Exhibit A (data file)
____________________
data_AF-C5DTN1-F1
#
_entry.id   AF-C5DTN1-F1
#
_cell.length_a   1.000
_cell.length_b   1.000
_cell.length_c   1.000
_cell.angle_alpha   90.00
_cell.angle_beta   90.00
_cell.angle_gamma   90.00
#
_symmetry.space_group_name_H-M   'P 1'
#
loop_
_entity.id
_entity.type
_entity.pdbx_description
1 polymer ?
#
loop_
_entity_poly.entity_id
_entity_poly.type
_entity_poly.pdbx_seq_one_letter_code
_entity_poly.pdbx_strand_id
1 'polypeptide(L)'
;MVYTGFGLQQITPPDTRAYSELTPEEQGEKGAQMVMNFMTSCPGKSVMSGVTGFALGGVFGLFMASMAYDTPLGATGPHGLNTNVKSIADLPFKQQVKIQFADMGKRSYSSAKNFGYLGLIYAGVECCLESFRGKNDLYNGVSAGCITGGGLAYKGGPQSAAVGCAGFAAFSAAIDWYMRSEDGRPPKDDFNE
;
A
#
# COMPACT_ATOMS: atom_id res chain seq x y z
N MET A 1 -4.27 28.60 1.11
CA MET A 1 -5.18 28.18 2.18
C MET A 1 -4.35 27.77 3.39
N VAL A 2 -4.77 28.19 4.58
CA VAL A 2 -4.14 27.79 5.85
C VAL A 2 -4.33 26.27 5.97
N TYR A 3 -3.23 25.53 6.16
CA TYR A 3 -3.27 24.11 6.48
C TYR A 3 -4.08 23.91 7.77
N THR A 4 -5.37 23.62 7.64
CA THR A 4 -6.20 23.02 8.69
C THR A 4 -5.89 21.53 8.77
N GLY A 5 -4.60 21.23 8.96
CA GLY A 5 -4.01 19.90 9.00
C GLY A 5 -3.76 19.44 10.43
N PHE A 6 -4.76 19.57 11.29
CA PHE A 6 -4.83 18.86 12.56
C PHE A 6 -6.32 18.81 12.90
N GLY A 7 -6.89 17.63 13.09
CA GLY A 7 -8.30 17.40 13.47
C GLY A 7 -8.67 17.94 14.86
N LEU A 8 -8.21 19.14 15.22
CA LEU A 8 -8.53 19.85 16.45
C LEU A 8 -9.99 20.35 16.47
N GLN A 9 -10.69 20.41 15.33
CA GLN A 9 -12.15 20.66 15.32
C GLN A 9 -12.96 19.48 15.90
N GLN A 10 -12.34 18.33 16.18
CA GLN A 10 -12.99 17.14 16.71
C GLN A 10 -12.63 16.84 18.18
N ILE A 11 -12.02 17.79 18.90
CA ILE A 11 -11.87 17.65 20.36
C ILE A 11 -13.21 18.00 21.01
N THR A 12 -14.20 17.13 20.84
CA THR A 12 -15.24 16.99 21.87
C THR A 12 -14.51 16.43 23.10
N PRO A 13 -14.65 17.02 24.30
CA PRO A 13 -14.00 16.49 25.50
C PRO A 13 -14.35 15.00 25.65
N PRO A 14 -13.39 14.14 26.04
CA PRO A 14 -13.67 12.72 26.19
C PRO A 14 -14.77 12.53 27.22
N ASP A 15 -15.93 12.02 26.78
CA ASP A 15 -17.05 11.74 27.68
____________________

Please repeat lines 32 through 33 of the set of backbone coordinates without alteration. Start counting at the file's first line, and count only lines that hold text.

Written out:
CA MET A 1 -5.18 28.18 2.18
C MET A 1 -4.35 27.77 3.39